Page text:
“In the early stages, we thought that a couple of Brits coming in and doing things a bit differently would go down better in the New World rather than the Old World,” Simpson explains. “But we were also hearing about and reading about and tasting interesting wines coming out of the Languedoc region in the South of France. So we went down there and spent time speaking to as many people as we could, knocking on doors, making cold calls to people in the industry.”

Old World countries such as France, Italy and Spain have traditionally sold their wines under the names of the areas in which they were made, like Bordeaux, Chianti or Rioja. Wine labels very rarely carried the names of grape varieties leaving consumers guessing about how the wines would taste and building up the complexity and snobbery that often surrounds wine.

Ruth Simpson 02All of that changed in the 1980s when Australia and other New World countries began sticking the names of grape varieties on their labels. Coupled with more modern production techniques – such as fermenting the grapes in temperature-controlled stainless steel tanks – drinkers were able to buy wines that were consistently fresh and fruity.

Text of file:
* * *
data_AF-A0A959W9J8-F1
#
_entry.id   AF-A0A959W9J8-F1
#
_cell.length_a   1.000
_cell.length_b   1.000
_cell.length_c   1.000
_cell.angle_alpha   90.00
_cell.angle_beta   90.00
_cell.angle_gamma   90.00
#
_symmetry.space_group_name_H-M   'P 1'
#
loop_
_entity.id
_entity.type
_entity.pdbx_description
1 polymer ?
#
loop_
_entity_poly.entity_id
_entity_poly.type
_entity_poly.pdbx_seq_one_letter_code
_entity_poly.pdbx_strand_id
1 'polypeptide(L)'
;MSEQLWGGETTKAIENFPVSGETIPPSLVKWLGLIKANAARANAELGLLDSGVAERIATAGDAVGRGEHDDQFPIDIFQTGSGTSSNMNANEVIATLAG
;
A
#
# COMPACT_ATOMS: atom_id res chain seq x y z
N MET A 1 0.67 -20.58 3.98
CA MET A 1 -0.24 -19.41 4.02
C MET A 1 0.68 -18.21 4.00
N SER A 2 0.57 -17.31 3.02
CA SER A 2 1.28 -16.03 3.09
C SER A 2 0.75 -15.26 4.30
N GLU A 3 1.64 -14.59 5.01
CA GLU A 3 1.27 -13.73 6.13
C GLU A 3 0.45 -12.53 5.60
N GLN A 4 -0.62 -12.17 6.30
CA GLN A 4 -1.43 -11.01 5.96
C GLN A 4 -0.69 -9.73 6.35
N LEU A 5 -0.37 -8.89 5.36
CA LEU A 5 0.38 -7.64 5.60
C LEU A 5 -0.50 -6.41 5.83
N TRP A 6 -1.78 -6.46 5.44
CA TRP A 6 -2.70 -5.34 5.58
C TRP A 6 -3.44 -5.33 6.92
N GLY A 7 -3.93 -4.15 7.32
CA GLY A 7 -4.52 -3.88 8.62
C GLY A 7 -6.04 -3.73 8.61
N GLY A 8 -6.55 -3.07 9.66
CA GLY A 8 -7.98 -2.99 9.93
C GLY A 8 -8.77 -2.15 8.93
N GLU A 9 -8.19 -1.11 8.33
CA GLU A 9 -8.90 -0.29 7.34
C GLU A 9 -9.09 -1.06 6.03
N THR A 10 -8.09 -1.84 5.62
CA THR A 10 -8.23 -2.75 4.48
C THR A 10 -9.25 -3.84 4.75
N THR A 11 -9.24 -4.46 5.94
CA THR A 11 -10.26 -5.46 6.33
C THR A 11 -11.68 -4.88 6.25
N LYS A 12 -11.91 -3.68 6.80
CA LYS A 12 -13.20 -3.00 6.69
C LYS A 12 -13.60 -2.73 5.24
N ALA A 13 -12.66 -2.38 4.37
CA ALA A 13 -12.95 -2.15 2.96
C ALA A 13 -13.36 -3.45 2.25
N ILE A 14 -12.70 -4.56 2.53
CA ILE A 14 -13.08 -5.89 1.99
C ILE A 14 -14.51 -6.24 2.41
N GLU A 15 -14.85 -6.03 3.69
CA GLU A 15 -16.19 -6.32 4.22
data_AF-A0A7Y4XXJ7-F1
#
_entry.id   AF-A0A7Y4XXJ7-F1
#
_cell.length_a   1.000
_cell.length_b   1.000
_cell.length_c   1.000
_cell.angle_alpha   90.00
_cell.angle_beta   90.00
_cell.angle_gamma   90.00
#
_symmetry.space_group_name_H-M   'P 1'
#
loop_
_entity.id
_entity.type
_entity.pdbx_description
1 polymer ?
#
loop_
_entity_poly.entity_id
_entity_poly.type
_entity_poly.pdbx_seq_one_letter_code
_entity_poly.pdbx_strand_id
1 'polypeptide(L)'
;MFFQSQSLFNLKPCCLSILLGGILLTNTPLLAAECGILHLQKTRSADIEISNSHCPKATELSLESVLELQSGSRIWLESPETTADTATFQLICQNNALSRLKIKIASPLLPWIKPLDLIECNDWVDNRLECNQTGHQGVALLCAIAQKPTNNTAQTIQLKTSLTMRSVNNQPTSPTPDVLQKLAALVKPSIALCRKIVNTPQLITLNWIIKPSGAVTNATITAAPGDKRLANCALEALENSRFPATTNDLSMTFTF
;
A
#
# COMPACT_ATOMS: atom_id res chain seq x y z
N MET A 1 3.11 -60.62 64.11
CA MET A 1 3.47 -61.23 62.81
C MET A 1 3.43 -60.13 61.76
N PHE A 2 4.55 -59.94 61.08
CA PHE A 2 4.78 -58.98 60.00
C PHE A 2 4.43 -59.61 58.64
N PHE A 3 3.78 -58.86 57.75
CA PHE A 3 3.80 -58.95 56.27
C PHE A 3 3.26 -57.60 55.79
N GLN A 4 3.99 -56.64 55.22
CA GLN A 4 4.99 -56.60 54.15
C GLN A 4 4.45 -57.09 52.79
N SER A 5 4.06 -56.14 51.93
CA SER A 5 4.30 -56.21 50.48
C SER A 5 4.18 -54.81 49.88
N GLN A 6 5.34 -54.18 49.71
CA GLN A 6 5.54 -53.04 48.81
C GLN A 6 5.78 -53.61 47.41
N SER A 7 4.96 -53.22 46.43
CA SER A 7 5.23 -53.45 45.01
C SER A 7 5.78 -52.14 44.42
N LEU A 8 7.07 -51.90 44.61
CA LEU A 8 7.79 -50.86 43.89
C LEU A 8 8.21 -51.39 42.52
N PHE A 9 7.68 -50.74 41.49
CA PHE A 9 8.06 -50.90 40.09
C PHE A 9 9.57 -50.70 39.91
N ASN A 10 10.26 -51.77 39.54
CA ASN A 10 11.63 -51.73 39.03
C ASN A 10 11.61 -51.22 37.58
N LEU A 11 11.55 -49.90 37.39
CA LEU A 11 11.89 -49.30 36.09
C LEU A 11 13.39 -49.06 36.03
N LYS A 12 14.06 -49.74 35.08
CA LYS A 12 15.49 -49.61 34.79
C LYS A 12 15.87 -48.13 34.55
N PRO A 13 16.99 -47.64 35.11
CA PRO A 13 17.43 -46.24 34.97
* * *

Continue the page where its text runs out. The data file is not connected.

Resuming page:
One of the first parts of France to hit back was the Languedoc. While the complicated appellation d’origine contrôlée system still prevented many top wines displaying the names of their constituent grape varieties on their labels, the broader vin de pays system for ‘country wines’ was reformed, allowing for varietal labelling. Coupled with the injection of fresh capital, suddenly winemakers in the South of France had the ability to take on the New World at its own game.